Since the time of the earthquakes, market practices in New Zealand have changed. Generally, cover of this nature is not offered. This change is linked to the cost of reinsurance. The cost of reinsurance for full replacement cover means that the insurer could not make an adequate margin. This means they could not operate prudentially: they would not have enough premium income to pay claims and make a surplus.

So, opposition by insurers to moving away from the Bryant approach is understandable. There will also be a more immediate issue about a cohort of similarly affected people wishing to advance assigned claims on the same basis. Even if there are only about one hundred claimants, complete replacement in every case could presumably add up to tens of millions across the sector.

The present case will not have been one that invoked a great deal of sympathy for the claimant. The Courts will have proceeded on the reasonable assumption that the claimant-purchaser-assignee received legal advice on the possibility that he would not receive the replacement benefit he received under the assignment, on the basis of Bryant. Presumably the claimant was not counting on a change of law by an appellate Court.

Replacement  is often expressed in the insurance policy to be dependent on the customer having already paid for the reinstatement. In reality, this is generally not what happens because almost no one has sufficient surplus funds to pay for those works and then wait to be reimbursed. The actual concept in play is a little different. This requirement represents a commitment to pay for replacement works that are planned and then implemented. Generally, that process is coordinated by the insurer and its representatives. This way, it is in control of the cost. All of this is subject to the specific terms of the insurance policy.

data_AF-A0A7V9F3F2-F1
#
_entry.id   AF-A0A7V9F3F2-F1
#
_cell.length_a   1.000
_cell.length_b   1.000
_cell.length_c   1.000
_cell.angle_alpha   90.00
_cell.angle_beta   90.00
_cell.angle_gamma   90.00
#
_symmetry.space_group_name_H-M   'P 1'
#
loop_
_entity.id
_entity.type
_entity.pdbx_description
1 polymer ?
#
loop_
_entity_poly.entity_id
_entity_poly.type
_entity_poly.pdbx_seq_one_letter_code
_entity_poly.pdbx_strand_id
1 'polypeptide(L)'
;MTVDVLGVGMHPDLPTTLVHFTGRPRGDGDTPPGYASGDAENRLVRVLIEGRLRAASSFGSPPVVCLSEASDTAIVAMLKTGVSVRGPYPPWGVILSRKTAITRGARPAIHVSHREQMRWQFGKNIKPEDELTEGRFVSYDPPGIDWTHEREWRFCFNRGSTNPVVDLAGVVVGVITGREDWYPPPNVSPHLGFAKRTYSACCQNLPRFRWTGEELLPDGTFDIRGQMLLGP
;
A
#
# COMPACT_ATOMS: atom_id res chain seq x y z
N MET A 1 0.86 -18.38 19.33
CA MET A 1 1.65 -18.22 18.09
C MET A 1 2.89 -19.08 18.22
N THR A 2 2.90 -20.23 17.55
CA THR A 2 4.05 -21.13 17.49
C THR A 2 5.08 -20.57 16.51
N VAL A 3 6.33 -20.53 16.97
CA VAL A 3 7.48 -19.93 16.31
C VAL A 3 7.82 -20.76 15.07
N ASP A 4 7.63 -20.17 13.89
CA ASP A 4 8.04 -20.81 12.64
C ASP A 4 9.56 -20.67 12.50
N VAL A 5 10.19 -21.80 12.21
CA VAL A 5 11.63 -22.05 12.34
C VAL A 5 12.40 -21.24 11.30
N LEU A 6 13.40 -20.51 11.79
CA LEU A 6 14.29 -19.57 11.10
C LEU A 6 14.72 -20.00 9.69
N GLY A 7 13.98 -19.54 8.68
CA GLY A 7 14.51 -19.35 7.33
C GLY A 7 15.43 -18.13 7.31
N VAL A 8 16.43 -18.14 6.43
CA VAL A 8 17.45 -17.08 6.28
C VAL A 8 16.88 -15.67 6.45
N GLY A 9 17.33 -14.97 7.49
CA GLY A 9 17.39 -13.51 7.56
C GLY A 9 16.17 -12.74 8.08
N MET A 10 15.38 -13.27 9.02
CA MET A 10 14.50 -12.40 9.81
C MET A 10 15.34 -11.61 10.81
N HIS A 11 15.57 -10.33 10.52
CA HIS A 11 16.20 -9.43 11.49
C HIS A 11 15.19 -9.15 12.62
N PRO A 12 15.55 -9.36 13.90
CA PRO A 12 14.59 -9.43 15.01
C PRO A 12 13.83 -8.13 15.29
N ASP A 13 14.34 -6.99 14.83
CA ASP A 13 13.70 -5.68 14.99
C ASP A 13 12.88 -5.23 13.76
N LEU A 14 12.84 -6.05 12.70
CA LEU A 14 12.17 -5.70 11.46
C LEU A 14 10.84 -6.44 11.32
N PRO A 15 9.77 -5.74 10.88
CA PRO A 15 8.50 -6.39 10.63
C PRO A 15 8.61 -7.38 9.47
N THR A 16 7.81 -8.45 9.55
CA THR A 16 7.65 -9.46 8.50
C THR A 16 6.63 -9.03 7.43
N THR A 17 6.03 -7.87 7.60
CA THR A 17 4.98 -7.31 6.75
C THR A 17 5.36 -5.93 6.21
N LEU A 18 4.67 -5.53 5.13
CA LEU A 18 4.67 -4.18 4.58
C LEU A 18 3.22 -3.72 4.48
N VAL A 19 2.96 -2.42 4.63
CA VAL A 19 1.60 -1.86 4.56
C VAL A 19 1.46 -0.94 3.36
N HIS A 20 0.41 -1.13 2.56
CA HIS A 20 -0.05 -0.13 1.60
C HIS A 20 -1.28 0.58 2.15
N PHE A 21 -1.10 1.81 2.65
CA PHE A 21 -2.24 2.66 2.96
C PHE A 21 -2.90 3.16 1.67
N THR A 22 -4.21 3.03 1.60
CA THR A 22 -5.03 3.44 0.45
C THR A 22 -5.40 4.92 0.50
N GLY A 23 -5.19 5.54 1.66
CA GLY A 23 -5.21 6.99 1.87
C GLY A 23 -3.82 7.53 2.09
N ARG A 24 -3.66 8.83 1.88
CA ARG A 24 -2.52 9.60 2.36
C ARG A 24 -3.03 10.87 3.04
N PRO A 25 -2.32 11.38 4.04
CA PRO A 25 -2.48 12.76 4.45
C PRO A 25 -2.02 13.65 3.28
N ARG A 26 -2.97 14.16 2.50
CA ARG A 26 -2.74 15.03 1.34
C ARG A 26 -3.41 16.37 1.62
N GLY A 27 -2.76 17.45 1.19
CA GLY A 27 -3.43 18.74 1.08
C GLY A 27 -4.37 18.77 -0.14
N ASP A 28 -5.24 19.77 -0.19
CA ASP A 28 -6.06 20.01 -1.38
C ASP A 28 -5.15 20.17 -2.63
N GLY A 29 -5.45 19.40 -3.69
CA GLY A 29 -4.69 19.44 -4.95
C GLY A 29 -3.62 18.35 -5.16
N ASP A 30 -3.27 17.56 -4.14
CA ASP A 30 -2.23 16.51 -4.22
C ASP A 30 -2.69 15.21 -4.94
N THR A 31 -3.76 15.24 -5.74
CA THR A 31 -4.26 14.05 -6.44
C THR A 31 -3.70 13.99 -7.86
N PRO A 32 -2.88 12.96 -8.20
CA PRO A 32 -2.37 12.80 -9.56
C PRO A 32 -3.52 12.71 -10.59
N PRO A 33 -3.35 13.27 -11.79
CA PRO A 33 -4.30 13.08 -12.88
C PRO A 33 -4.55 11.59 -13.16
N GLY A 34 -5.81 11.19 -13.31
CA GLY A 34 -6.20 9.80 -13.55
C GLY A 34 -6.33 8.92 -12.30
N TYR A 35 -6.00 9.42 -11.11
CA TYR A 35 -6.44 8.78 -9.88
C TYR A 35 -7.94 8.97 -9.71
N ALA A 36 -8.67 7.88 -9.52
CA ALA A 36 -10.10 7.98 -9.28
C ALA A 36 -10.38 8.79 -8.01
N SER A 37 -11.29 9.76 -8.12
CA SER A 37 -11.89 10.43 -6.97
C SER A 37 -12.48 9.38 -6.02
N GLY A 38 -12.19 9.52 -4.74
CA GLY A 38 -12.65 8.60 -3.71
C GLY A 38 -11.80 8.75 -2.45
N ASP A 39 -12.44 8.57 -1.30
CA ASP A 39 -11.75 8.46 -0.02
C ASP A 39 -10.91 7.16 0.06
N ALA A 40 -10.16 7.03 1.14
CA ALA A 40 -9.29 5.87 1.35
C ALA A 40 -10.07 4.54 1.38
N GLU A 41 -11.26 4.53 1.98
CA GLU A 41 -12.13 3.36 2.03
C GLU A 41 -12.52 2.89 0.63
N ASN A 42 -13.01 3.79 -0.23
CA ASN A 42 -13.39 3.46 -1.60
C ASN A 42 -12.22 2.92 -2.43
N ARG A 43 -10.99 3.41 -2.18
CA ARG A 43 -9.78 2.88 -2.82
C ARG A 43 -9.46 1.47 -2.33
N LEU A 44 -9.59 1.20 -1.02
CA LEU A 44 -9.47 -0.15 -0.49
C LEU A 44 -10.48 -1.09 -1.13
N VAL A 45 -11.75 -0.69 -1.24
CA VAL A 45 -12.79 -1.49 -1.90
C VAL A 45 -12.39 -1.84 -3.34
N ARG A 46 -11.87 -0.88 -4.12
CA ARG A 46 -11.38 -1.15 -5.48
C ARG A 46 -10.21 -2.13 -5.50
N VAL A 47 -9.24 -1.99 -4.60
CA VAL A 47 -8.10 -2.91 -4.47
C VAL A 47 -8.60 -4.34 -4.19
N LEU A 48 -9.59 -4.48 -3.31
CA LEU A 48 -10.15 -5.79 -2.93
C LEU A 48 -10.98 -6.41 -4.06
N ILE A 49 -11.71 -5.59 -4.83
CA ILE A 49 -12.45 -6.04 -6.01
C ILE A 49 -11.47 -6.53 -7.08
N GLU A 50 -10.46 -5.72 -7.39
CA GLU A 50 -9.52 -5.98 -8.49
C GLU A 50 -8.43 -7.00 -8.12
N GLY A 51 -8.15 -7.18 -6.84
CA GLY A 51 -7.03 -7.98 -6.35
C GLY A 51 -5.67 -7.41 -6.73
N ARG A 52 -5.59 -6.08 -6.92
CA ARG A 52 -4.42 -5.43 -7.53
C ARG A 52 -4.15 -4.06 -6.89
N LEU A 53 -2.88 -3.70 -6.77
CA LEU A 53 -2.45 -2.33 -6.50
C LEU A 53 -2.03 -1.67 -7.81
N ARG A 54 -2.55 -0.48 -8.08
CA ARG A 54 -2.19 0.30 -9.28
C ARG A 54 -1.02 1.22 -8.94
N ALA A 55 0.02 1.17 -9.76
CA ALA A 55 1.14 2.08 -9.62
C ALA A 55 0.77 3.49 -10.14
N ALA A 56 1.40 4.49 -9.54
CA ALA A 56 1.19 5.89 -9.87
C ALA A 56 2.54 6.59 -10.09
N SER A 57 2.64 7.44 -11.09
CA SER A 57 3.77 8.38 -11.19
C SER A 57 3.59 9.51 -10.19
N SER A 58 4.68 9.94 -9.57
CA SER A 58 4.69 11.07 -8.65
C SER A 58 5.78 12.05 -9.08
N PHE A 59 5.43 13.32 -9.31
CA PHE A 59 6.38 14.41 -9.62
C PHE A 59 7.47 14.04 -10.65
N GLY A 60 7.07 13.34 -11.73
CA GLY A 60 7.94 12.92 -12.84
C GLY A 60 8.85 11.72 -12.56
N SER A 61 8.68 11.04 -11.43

These are reasons to read down this requirement. This kind of reading-down occurs where a provision in an insurance policy conflict with its basic purpose. I say that this occurs because an insurance contract is not an ordinary commercial agreement, it is one that is intended to effect the transfer of a particular risk.

For example, Courts have read down a requirement on an insured to take reasonable care and stipulations about “alteration of the risk” during the currency of the policy. You cannot agree to deliver 10 widgets and then say you have a discretion to deliver 8. The Court will require you to deliver 10. So, you cannot insure someone against their own negligence and then except cover when they are negligent. The minority approached this issue on the basis that by the time of the agreement for sale and purchase of the property, the right to claim replacement under the policy had accrued. This analysis is preferable because regarding the right as having accrued reflects the reality that building works are not generally carried out and then reimbursed. The right to require performance of a contractual commitment arises in accordance with the terms of the contract–in this case, upon the occurrence of loss or damage covered by the policy. The identity of the claimant should not matter because by that stage, the subject-matter is not personal.

Reinstatement of this kind cannot be described as personal. While there are many decisions to be made, they are capable of being resolved objectively and so are not dependent on the whims of the person requiring the works to be carried out or paid for. Neither the person nor the property need to be assessed for risk. The damage has already occurred.

In summary, I consider that the better approach is to regard the right to obtain reinstatement as purely contractual in nature. It is not an indemnity. All talk of the indemnity principle should be jettisoned. As a contractual right, it is capable of being assigned on ordinary principles. The minority achieved this outcome by regarding the rights as having accrued at the relevant time. For the issue to resurface, market practices must change once again. That is likely to be a while away. By then, a differently composed Court may take the opportunity to revisit Bryant.

Steve Keall
Barrister
4 July 2019

Concerning causes in insurance law

This article was first published in Law Talk on 1 November 2013

pdf :- Concerning causes in insurance law

Insurance law has its own way of thinking about causation. Anyone instructed in respect of an insurance coverage dispute would be well-advised to gain awareness of this perspective.